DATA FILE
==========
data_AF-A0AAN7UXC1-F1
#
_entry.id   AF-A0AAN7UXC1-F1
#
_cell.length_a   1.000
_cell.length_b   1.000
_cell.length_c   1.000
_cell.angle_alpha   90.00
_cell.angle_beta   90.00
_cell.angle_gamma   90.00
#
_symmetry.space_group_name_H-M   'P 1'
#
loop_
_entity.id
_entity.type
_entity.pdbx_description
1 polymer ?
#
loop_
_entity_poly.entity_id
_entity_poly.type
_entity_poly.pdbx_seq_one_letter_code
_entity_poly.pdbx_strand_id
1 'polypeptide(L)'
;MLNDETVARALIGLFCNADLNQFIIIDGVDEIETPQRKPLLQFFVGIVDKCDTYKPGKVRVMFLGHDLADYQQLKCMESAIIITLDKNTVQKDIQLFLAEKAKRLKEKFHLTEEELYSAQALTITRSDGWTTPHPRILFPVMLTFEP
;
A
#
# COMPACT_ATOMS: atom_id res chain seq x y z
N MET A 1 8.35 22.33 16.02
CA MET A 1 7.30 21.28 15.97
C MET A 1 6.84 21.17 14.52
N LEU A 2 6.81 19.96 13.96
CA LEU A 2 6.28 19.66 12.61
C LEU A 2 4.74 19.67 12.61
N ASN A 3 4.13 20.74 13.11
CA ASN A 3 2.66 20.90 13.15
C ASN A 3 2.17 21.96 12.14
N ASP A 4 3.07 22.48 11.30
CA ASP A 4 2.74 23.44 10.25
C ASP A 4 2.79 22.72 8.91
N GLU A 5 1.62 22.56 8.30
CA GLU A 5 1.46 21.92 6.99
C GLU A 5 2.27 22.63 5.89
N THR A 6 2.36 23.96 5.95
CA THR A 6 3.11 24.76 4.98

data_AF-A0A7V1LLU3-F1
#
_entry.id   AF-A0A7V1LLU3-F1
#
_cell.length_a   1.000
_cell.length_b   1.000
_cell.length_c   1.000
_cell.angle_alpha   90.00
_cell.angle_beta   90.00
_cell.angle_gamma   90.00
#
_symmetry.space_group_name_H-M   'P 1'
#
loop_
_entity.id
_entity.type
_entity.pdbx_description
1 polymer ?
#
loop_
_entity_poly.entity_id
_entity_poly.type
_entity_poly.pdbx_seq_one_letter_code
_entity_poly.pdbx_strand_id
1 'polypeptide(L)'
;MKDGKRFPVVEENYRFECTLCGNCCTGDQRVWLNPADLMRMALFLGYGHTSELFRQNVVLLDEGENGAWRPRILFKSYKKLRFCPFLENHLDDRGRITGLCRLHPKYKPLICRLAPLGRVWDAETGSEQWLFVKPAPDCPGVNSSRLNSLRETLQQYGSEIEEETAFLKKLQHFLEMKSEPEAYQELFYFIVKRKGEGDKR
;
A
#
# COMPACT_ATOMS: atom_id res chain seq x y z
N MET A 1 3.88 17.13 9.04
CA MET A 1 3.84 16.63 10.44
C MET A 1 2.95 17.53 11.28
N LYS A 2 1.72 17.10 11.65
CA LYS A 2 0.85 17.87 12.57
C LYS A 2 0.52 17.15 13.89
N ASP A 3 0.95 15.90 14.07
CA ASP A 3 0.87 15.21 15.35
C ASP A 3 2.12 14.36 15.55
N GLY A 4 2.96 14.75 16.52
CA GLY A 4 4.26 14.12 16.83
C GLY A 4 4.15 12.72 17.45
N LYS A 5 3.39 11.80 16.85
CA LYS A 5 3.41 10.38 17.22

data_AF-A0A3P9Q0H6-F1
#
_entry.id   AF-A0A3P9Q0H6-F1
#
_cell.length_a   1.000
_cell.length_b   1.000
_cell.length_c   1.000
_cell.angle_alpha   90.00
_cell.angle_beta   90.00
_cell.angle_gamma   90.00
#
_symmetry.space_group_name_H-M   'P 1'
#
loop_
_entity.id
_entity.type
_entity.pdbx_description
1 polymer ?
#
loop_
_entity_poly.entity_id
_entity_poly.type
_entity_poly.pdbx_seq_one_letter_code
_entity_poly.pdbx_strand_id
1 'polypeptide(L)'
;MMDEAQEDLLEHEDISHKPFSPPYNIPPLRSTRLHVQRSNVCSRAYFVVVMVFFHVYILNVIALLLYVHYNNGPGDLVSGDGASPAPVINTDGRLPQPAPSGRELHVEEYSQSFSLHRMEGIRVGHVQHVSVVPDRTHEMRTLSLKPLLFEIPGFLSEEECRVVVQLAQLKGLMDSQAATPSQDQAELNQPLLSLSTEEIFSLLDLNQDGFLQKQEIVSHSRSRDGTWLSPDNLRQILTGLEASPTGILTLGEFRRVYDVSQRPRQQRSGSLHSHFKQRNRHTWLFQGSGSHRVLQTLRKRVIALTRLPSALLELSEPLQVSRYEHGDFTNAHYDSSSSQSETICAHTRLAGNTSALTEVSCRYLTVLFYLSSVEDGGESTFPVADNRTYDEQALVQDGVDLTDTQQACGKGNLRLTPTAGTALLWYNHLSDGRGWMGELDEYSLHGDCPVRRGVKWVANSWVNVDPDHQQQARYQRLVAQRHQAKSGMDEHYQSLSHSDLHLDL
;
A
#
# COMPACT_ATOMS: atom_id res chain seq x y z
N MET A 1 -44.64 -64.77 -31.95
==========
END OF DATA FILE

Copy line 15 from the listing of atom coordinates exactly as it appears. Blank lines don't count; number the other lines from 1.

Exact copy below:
_entity.id